“Our biggest supporters are the Embassy of United States and the Norwegian Embassy. They keep supporting the festival from the very beginning faithfully.”

The festival also enjoys a great deal of voluntary support, the most visible ones being  Hacettepe University’s Department of Translation and Interpreting with its film translation and Bilkent University students taking Media and Gender course with their “unofficial trailer”.

The official teaser of the festival which features famous actors Ayta Sozeri, Serra Yilmaz and Gonca Vuslateri increased the visibility for the 4th Pink Life Queer Fest on social media. The festival will also host some panels, theatre plays and workshops.

The 4th Pink Life Queer Fest will be held in Ankara between 15-22 January and in Istanbul between 23-25 January.

You can find the full program here.

Elif İnce: The Banned Pride Parade of ’93

The Pride parade and events planned in Beyoğlu in 1993 were banned by the governor’s office and dispersed by the police. Ilker Çakmak from the organizing committee talks about the police violence on Istiklal Avenue on that day, and about the events before the parade and its aftermath.

Source: Elif İnce, “93’ün Yasaklı Onur Yürüyüşü” (“The Banned Pride Parade of ‘93”), Bianet, December 8, 2014, http://www.bianet.org/bianet/print/160555-93-un-yasakli-onur-yuruyusu

“We reached the Tunnel[1] almost crawling on the ground. We witnessed a group including foreign representatives being cuffed, dragged on the streets with skirts rolled up, and taken into custody.” (Ilker Çakmak)

The first Pride parade[2] and three day long program planned for July 2,1993 under the theme of “Sexual Freedom Events” were banned by the Istanbul governor’s office on the grounds that “they violate our traditions and customs, and the values of our society.” The police had broken down the doors of activists’ home, raided them the night before the parade, and blockaded Istiklal Avenue on the day of the parade. Those on the Avenue suspected of being gay were rounded up and detained while foreign participants were deported. Thus the first Pride parade would only take place ten years later in 2004 with a group of 40 people.

Ilker Çakmak, volunteer with the Istanbul LGBTI Solidarity Association, was in the 1993 Parade’s organizing committee. Çakmak tells us about what transpired before and after the parade.

(more…)

A young gay Syrian’s story – from Syria to Turkey

This is the story of Maher, who had to escape and migrate from Syria to Lebanon, then to Sudan, and finally to Turkey. A life wrapped in the war in Syria and dual discrimination both as a Syrian and as a gay man in Turkey. 

Source: Yıldız Tar, “Suriye’den İstanbul’a eşcinsel bir gencin hikayesi” (“A young gay’s story from Syria to Turkey”). Kaos GL, 24 October 2014, http://kaosgl.org/sayfa.php?id=17785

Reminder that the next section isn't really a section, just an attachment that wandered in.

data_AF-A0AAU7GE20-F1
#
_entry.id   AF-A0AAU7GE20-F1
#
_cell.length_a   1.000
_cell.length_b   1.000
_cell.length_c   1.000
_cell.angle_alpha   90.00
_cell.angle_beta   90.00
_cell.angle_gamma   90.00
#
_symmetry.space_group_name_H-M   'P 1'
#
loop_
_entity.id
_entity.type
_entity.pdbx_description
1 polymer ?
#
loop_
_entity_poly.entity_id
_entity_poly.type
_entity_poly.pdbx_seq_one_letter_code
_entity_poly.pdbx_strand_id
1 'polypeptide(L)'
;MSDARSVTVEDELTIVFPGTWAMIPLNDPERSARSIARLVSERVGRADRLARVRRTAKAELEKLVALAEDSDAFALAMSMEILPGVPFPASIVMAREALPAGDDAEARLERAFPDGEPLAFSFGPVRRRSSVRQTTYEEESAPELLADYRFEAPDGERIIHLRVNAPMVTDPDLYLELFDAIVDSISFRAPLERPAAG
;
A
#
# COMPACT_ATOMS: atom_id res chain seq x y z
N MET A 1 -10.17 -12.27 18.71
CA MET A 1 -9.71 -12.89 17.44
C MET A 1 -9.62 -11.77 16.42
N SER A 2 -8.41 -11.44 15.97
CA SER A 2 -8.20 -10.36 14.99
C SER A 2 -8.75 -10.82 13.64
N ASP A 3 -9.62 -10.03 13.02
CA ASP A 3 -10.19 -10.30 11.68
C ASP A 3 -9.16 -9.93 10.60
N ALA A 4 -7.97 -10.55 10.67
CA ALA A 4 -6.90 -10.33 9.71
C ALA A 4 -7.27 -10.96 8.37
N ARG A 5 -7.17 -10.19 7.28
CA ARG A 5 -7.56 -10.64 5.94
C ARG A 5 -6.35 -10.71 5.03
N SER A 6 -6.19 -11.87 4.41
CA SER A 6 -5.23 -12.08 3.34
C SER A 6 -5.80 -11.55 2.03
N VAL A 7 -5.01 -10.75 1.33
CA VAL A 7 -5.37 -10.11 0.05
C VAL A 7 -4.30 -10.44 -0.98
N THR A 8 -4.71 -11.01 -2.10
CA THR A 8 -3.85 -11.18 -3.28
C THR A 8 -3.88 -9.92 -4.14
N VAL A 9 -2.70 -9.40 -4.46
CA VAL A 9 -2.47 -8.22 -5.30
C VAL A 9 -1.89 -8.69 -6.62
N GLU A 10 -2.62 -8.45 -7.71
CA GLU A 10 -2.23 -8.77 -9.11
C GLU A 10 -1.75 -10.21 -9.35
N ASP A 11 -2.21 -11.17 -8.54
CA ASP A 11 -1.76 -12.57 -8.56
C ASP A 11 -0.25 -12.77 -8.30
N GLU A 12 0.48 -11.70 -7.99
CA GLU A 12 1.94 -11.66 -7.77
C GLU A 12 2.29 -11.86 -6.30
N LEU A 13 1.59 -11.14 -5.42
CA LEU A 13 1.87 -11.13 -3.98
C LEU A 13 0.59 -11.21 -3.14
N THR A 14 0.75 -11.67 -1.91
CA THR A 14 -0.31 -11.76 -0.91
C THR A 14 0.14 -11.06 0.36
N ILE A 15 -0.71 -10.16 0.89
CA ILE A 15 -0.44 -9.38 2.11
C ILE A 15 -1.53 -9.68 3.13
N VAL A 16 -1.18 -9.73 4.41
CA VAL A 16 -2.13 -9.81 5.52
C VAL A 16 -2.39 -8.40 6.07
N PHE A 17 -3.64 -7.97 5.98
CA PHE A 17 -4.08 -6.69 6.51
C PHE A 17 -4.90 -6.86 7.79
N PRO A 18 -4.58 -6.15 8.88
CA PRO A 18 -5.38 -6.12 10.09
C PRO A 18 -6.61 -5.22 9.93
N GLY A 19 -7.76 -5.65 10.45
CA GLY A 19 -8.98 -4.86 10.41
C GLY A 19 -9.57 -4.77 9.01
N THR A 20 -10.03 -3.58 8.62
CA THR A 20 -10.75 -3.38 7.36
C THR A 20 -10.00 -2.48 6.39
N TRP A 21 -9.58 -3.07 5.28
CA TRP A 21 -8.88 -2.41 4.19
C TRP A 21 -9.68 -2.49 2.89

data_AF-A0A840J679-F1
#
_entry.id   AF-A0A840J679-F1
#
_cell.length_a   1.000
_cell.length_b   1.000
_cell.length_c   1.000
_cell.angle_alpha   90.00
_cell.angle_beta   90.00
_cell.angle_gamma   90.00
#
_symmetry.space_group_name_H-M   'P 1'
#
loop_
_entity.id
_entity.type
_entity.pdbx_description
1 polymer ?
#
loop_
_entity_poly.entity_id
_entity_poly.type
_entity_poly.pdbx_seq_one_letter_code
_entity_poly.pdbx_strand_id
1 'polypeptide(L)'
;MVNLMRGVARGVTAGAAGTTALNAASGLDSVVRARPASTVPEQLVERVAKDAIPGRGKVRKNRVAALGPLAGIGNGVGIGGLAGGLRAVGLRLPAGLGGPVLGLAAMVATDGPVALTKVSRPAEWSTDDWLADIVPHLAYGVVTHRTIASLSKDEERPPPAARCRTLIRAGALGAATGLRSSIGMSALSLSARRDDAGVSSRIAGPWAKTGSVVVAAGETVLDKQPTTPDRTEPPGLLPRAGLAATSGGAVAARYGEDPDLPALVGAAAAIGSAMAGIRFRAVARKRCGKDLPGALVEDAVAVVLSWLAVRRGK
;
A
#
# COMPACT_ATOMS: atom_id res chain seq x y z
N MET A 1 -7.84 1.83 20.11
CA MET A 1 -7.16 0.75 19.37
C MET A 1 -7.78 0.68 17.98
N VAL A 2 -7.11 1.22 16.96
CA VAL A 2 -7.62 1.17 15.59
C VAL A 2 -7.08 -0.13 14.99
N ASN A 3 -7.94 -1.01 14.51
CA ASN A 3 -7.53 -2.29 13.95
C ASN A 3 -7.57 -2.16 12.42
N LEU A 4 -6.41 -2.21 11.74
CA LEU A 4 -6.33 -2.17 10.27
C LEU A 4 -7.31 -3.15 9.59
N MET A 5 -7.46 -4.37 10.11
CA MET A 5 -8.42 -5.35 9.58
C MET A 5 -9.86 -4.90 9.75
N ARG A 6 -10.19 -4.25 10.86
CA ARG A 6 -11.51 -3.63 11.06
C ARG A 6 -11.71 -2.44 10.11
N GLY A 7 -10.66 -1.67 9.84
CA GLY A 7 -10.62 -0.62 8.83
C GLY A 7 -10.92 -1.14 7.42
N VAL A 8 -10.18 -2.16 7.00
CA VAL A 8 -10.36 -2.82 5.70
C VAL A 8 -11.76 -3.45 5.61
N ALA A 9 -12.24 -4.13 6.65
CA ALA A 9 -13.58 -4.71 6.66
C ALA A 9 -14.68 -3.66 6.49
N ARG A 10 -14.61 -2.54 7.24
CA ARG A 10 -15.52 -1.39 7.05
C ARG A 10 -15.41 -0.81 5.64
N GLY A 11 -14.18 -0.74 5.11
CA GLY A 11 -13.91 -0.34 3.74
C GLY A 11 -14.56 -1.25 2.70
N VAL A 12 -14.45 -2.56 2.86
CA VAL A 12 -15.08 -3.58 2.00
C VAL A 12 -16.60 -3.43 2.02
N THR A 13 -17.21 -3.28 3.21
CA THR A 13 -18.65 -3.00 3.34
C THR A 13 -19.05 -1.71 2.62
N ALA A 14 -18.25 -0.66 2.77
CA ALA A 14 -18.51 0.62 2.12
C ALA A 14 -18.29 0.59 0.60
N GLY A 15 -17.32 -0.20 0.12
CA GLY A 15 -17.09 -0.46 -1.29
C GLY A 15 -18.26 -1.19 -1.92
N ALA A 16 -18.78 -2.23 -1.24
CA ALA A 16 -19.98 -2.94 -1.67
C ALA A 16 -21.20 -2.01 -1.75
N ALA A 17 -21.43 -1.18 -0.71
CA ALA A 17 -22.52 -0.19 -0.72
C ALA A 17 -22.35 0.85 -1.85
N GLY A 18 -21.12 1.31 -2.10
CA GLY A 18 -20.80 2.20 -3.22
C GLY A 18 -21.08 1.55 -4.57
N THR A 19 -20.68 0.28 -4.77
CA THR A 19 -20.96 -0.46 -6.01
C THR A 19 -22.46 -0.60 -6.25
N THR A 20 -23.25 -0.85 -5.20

Millions of Syrians were forced out of their homeland as a result of the war in Syria and ISIS assaults. Some headed over to Europe; many lost their relatives during as their travels was well as the war.

Maher  Daoud, who we interviewed in a coffee shop in Kurtuluş, Istanbul, was  among the millions who had to leave their homeland. He had to leave Latakia in the 23rd year of his life which began in the city. Maher tells  the story of migration from Latakia [al-Lādhiqīyah]  to Lebanon, then to Sudan, and finally to Istanbul. He speaks fast, telling his story at once, as if someone were following us.

“Art is like breathing”

Maher,  who is now 24, is a young gay artist. He studied architecture in Syria.  However, he was forced to leave before being able to graduate. He also draws aquarelle and acrylic illustrations. Maher says that, in each of  his drawings, a gay story is hidden. To Maher, to make art is to breathe.  Because Syria does not have a “gay life,” art is the only space within which he can breathe.

I ask about the situation in Latakia. Maher says that life in Latakia is horrible:

“Latakia is Bashar al-Assad’s city. As such, the pressure was always intensive.  To speak, to do something was almost impossible. It was so in art too. I  had to put a lot of effort to be able to open my second art exhibit.  You have to get signatures from a lot of places. I had to deal with  almost every police officer in the police station. They examine each and every painting, find some to be “appropriate” and some “inappropriate.”  They kept asking why I was making such paintings. They were trying to judge whether I was against Bashar al-Assad.”

maherdaoud

Maher dislikes talking about politics. This also has to do with the notion that “it is a sin to speak politics in Syria.” He thinks that politics changes nothing. He desires more art.[1]

Things became even tougher with war. He says that the war between Bashar al-Assad, the Free Syrian Army (FSA), and the Islamic State in Iraq and Syria (ISIS)  made things much more difficult in Syria. To Maher, the rebellion for “freedom” was initially beautiful. However, everything changed when Assad began the massacres and when those opposing Assad began using the same methods [sic].

(more…)

Two white lilies in the midst of blue: Ekin and Emrullah

Source: Emre Korlu, “Maviliğin içinde iki beyaz lale: Ekin ile Emrullah” (“Two white lilies in the midst of blue: Ekin and Emrullah”) Kaos GL, 23 September 2014, http://kaosgl.org/sayfa.php?id=17571

[Click here for an update on this news item.]

This is the story of a gay couple who recently wed in Istanbul in an alternative ceremony not officially recognized by the government: Confronted with a heterosexist system, we did not stay in the closet.

Ekin-Emrullah-Wedding

In their white tuxedos, they go well with blue. With a terrific smile on their faces, they could paint this country with dreams if you let them. Now you will read about it. It is not one of my stories; it’s a story of love.

On 2 September 2014, Ekin Keser and Emrullah Tüzün crowned their life together with a wedding. What made their wedding different from others is the fact that they are a gay couple.

(more…)